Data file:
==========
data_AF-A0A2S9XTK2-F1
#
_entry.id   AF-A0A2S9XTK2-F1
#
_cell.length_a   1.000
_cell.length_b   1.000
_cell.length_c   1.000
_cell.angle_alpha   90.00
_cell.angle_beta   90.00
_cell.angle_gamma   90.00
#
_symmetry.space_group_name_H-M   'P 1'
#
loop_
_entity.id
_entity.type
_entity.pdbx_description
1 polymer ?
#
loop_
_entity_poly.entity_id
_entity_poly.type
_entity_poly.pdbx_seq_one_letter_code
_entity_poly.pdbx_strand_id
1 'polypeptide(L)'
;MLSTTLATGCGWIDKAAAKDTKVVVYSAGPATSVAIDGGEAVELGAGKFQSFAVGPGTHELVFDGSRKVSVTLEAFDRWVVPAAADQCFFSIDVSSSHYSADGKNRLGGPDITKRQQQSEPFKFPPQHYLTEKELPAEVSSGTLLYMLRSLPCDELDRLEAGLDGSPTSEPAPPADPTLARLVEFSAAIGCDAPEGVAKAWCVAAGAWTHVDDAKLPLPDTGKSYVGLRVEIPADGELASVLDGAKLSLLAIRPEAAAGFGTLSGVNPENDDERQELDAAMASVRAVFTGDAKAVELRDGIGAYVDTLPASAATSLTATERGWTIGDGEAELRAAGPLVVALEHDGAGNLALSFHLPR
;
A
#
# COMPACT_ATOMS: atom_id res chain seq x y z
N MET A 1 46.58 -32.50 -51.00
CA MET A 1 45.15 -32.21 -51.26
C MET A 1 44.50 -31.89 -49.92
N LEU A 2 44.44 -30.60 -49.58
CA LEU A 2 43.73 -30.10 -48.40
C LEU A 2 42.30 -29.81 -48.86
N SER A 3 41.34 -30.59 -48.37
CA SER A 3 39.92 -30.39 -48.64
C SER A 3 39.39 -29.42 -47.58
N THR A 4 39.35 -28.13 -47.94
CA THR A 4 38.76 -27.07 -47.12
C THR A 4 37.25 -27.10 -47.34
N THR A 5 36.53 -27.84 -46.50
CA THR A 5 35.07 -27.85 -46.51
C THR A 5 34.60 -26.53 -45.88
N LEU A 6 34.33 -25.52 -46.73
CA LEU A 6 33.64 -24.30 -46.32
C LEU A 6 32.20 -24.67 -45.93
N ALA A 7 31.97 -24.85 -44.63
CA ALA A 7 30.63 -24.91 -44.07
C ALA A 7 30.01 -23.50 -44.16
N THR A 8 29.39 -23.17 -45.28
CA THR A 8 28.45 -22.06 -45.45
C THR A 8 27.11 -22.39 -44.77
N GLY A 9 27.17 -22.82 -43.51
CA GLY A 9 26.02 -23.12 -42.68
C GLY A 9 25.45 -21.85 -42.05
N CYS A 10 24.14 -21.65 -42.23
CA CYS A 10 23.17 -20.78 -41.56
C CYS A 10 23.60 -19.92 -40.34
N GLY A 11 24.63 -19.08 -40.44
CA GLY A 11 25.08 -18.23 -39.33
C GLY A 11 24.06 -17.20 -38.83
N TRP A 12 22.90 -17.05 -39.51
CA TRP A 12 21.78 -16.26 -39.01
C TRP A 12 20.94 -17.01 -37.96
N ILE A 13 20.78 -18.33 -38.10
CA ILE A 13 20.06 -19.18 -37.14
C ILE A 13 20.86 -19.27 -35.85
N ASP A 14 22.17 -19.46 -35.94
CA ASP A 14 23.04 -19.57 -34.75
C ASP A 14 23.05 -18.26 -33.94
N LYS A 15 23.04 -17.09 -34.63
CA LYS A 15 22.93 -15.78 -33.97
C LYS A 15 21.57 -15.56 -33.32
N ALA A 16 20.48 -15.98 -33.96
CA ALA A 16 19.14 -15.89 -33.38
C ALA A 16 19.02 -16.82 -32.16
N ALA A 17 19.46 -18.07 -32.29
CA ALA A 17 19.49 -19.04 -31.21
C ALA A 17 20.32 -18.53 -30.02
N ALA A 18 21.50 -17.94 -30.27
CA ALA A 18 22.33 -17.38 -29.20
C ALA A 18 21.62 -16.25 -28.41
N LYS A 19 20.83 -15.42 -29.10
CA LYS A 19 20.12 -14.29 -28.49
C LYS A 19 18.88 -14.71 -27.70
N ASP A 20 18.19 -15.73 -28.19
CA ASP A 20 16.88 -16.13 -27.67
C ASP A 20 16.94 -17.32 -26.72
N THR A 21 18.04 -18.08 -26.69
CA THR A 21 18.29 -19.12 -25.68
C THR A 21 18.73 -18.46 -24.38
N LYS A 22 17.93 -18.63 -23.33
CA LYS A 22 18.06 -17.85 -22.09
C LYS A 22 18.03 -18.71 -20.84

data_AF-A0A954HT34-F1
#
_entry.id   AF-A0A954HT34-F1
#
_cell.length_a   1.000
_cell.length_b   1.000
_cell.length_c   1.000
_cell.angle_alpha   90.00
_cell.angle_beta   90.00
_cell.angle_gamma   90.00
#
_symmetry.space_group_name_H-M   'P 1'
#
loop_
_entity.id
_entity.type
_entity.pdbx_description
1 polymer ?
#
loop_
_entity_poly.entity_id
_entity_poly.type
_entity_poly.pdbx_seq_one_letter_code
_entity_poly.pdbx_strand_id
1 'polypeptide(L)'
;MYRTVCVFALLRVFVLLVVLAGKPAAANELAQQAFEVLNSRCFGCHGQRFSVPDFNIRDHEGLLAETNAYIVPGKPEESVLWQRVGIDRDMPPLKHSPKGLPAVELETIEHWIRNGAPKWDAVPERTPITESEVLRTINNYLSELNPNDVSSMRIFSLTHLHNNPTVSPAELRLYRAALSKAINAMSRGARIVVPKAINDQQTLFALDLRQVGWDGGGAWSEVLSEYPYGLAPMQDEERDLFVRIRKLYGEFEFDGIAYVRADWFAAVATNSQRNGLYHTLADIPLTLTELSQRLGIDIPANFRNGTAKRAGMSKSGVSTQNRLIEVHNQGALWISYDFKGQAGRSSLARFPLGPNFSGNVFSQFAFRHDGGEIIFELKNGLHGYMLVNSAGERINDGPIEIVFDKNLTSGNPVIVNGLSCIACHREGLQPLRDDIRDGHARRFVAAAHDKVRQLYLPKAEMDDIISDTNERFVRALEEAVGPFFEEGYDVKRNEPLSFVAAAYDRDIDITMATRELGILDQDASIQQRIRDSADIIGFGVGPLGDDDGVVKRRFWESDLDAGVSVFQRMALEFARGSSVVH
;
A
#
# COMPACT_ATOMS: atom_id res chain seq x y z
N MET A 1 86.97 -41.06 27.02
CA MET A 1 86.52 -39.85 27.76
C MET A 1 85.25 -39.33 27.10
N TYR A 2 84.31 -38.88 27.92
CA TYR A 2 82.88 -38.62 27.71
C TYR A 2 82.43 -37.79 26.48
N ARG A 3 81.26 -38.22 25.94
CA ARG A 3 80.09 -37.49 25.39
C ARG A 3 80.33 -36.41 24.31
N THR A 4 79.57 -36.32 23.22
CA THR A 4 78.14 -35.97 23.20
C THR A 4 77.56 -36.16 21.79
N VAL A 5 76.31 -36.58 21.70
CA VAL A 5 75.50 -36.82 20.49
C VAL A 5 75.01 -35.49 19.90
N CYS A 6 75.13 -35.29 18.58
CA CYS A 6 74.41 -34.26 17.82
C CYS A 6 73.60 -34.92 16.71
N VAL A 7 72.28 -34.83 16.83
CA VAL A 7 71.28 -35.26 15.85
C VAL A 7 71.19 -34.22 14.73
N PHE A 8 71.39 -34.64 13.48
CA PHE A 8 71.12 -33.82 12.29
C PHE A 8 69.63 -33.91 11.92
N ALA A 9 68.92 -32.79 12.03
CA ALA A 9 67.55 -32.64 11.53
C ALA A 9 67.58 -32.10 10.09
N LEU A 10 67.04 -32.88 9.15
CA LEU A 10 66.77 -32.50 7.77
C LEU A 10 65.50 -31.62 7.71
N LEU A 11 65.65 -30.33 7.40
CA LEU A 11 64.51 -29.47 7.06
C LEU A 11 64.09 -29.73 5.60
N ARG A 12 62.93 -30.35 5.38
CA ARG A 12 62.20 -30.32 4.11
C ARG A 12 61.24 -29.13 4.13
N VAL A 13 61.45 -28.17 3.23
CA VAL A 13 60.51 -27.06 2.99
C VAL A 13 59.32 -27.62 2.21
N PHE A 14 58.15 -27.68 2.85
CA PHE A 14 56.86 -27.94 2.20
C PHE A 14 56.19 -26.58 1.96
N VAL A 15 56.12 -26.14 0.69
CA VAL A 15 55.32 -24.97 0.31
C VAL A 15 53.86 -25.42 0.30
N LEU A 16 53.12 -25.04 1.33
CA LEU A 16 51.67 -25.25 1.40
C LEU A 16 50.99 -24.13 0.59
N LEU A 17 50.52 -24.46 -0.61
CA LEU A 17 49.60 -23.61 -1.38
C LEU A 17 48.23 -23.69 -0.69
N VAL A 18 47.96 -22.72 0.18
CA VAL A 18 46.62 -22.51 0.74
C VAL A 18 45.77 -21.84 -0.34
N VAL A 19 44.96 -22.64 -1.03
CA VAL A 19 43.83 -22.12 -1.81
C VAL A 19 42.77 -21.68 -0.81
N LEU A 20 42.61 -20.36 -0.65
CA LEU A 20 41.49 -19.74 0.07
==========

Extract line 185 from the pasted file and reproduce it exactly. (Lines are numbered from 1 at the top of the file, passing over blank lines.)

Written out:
CA LEU A 20 41.49 -19.74 0.07